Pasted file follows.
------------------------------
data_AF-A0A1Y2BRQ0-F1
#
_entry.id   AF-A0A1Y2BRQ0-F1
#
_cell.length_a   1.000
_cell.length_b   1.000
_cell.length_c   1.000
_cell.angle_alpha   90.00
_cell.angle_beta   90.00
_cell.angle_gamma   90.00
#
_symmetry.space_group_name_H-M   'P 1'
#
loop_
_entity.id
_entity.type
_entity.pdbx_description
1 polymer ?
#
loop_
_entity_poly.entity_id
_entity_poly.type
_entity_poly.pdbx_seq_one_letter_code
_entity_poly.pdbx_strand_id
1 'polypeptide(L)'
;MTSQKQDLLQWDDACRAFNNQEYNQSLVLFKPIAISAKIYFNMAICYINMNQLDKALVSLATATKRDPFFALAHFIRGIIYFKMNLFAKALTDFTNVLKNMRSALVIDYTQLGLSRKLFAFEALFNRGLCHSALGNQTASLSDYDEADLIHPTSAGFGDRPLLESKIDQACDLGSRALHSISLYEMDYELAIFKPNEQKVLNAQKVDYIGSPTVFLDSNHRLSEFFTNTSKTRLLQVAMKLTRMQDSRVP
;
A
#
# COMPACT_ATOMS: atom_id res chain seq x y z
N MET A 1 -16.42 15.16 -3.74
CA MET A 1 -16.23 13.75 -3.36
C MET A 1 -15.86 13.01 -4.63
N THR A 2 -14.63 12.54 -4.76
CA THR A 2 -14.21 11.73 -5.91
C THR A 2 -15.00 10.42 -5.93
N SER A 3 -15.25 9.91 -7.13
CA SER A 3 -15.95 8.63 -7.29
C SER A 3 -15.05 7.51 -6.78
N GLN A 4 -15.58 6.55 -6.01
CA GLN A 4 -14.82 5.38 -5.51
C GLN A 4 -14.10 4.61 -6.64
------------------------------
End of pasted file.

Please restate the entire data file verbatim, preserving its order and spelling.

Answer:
data_AF-A0A1Y2BRQ0-F1
#
_entry.id   AF-A0A1Y2BRQ0-F1
#
_cell.length_a   1.000
_cell.length_b   1.000
_cell.length_c   1.000
_cell.angle_alpha   90.00
_cell.angle_beta   90.00
_cell.angle_gamma   90.00
#
_symmetry.space_group_name_H-M   'P 1'
#
loop_
_entity.id
_entity.type
_entity.pdbx_description
1 polymer ?
#
loop_
_entity_poly.entity_id
_entity_poly.type
_entity_poly.pdbx_seq_one_letter_code
_entity_poly.pdbx_strand_id
1 'polypeptide(L)'
;MTSQKQDLLQWDDACRAFNNQEYNQSLVLFKPIAISAKIYFNMAICYINMNQLDKALVSLATATKRDPFFALAHFIRGIIYFKMNLFAKALTDFTNVLKNMRSALVIDYTQLGLSRKLFAFEALFNRGLCHSALGNQTASLSDYDEADLIHPTSAGFGDRPLLESKIDQACDLGSRALHSISLYEMDYELAIFKPNEQKVLNAQKVDYIGSPTVFLDSNHRLSEFFTNTSKTRLLQVAMKLTRMQDSRVP
;
A
#
# COMPACT_ATOMS: atom_id res chain seq x y z
N MET A 1 -16.42 15.16 -3.74
CA MET A 1 -16.23 13.75 -3.36
C MET A 1 -15.86 13.01 -4.63
N THR A 2 -14.63 12.54 -4.76
CA THR A 2 -14.21 11.73 -5.91
C THR A 2 -15.00 10.42 -5.93
N SER A 3 -15.25 9.91 -7.13
CA SER A 3 -15.95 8.63 -7.29
C SER A 3 -15.05 7.51 -6.78
N GLN A 4 -15.58 6.55 -6.01
CA GLN A 4 -14.82 5.38 -5.51
C GLN A 4 -14.10 4.61 -6.64